Views vary on DirecTV deal value

Investors ruminate about potential News Corp. buy

As Rupert Murdoch closes in on DirecTV, the prospect of News Corp. as proud owner of a giant U.S. distribution platform has the conglom’s fans in the investment community salivating.

Critics, however, are just as adamantly scratching their heads. It seems Murdoch won’t easily escape the paradigm of being the empire builder most admired by his peers and by Wall Street — even as the mention of his name sends investors scurrying.

“They’ve got deals and relationships all over the world. Nobody does what they do, no one else is international like them. If this goes through, everyone will be caught flat footed,” says a media banker not involved with the DirecTV deal.

Still, “people just worry about Rupert in general. They never know what he’ going to do, yet he’s Master of the Universe. News Corp. is huge, but no one here has an eye beyond the U.S. border.”

Rivals certainly see benefits overseas. AOL Time Warner, Viacom, Walt Disney and others talk incessantly about international expansion. But they were homeboys first. In a kind of collective dyslexia, investors can’t seem to work things the other way around.

“I mention News Corp. to some clients and they say, ‘Don’t talk to me about that. Next stock,’ ” says Merrill Lynch analyst Jessica Reif Cohen, an outspoken proponent. With DirecTV in hand, she thinks “investors are going to be forced to recognize it.”

Getting up to speed on Murdoch’s far flung operations in Australia, the U.K. and Europe, Asia and Latin America can be intimidating and a heck of a lot of work for U.S. investors.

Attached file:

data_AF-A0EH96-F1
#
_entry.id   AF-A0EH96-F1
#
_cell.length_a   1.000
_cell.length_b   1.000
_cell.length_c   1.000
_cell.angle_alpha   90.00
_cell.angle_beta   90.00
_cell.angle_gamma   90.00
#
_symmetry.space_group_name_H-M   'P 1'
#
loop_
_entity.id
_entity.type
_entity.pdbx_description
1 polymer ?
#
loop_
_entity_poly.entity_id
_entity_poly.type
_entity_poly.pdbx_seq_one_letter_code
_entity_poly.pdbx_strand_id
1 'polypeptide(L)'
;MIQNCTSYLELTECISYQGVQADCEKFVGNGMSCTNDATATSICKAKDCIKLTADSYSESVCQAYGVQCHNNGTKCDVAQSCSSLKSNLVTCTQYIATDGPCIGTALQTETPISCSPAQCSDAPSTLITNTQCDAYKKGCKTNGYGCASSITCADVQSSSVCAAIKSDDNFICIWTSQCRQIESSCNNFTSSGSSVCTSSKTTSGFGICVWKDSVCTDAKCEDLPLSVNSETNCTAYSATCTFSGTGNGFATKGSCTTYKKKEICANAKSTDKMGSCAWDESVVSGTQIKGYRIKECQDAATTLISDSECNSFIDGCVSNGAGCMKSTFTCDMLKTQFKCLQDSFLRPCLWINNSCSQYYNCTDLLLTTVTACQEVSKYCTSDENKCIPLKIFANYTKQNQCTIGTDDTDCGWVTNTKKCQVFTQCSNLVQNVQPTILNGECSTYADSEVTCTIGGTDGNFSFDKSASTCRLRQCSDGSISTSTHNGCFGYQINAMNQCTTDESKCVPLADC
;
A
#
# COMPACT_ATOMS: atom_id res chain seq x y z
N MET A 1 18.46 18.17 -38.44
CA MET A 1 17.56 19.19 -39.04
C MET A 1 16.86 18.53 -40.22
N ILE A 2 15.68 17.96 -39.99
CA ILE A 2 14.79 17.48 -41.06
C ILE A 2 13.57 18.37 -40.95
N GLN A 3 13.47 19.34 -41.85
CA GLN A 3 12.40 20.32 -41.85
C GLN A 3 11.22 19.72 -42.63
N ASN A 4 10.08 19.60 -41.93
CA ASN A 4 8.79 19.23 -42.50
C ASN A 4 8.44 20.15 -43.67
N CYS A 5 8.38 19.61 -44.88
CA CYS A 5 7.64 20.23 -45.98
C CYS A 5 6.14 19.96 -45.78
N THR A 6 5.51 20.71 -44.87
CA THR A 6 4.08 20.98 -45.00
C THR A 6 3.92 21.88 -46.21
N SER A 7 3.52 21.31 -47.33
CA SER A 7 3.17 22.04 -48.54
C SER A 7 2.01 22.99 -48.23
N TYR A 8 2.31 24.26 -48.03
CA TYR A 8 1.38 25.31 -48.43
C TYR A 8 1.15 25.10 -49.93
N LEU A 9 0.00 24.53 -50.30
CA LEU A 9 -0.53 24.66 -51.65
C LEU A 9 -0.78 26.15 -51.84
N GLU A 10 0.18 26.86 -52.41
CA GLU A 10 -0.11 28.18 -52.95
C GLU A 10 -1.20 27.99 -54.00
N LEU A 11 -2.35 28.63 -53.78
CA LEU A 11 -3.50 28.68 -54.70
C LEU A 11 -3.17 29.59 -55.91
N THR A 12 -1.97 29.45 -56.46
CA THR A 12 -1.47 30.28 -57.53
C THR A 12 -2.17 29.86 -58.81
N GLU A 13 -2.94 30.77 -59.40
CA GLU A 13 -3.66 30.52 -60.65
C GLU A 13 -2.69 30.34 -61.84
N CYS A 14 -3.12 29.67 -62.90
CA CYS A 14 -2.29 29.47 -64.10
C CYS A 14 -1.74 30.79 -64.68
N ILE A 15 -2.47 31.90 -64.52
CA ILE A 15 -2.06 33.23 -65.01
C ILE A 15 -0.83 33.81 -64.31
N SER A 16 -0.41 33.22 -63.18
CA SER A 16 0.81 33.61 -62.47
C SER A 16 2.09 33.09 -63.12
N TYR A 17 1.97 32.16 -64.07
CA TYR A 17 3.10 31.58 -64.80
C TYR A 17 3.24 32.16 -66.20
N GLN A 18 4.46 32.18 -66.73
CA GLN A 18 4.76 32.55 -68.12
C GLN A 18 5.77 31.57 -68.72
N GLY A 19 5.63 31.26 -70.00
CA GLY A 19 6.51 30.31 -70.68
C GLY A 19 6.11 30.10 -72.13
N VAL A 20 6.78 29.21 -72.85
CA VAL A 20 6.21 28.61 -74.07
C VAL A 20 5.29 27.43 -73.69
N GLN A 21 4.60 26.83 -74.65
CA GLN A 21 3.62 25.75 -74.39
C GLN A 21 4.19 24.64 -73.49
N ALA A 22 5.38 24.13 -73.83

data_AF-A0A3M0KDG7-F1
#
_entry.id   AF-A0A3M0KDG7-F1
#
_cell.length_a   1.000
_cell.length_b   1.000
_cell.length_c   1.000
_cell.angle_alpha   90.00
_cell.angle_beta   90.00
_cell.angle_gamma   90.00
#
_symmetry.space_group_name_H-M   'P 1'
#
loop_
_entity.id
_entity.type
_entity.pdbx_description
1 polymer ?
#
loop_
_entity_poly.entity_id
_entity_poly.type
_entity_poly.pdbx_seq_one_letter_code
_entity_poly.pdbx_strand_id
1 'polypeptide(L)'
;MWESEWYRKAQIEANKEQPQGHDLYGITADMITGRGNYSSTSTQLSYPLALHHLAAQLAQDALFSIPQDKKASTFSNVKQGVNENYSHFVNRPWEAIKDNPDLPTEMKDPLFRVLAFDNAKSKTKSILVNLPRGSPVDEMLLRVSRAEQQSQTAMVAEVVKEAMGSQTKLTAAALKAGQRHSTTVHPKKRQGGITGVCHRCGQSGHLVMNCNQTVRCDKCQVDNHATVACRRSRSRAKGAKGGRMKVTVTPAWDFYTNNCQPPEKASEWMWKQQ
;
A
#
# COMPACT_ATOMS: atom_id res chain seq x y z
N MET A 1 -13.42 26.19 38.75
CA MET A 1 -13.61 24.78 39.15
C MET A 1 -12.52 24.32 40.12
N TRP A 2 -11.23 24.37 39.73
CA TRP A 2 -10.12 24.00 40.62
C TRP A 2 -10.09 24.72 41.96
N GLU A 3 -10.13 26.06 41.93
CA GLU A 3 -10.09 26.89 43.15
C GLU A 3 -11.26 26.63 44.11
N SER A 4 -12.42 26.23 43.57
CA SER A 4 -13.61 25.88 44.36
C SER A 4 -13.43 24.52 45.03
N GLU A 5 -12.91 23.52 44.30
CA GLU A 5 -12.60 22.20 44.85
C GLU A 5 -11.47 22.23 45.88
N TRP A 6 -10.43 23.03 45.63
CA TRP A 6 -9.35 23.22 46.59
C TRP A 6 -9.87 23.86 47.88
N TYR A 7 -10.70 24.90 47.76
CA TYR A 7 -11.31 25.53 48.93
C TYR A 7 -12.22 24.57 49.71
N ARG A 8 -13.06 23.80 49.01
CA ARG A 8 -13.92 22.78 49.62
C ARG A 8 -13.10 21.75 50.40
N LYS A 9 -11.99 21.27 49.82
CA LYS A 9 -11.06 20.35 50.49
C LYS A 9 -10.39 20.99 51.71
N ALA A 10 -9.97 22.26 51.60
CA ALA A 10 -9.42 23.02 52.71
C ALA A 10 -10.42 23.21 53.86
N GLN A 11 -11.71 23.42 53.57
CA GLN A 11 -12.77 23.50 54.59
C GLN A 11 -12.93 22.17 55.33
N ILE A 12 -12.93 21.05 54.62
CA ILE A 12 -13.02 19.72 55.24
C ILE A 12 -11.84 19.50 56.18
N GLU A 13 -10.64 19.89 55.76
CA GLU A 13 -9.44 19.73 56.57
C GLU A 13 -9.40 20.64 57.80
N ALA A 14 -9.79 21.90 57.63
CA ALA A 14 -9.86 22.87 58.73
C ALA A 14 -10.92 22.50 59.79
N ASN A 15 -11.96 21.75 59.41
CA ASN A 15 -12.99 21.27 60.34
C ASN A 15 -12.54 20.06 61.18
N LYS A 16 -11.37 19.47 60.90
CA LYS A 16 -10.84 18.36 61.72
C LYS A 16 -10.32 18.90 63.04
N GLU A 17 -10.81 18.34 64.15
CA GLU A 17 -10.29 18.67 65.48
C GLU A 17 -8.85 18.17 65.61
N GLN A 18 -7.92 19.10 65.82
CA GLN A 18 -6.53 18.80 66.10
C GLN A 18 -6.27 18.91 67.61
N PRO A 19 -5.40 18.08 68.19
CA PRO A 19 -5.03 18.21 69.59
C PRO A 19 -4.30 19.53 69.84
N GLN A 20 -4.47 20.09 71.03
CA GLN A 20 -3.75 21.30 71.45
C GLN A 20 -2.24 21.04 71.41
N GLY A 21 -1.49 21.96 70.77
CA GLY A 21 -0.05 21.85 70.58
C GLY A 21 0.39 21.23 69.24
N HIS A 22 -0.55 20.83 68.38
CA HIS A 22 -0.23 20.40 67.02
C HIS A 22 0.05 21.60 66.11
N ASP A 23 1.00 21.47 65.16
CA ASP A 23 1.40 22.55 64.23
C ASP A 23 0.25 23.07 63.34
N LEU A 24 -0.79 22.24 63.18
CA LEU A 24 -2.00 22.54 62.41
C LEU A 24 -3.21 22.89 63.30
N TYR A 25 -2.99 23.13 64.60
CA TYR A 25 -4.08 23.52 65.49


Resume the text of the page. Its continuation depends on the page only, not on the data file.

“I’ve got no visibility on satellite in China, or BSkyB. … It’s a terribly complicated company and (DirecTV) doesn’t change that,” says one showbiz analyst who doesn’t follow News Corp.

At issue as well is Murdoch’s reputation as a dealmaking cowboy who always overpays. Reif Cohen and others say that’s just not fair.

In a painstaking analysis of News Corp.’s acquisitions since 1986 (when it bought 20th Century Fox), Morgan Stanley Dean Witter analyst Rich Bilotti concludes that most of News Corp.’s purchases have added value for shareholders in the long term.

Often, deals the market most disliked — buying a studio, starting the Fox network, BSkyB, STAR TV, Fox News — turned out the best. “News Corp. has often been more successful for shareholders when it has pushed the boundaries of risk and swum against the tide of perceived wisdom,” Bilotti says.

Naysayers just aren’t particularly upbeat on the satellite biz. “I don’t think much of DirecTV by itself, so why would I get excited now. It’s a very viable distribution platform trying to get as many subs as they can before cable cleans their clock,” says one analyst.

That raises hackles as others point to News Corp.’s stunning success converting BSkyB subscribers to digital by giving away free set-top boxes. “Now the churn is 13% — DirecTV is over 20%,” points out one media fund manager.

“People do believe in satellite, just not the way it’s currently being run. If Mel Karmazin doesn’t want him to get it and Michael Eisner doesn’t want his to get it (and they don’t) — there’s something there.”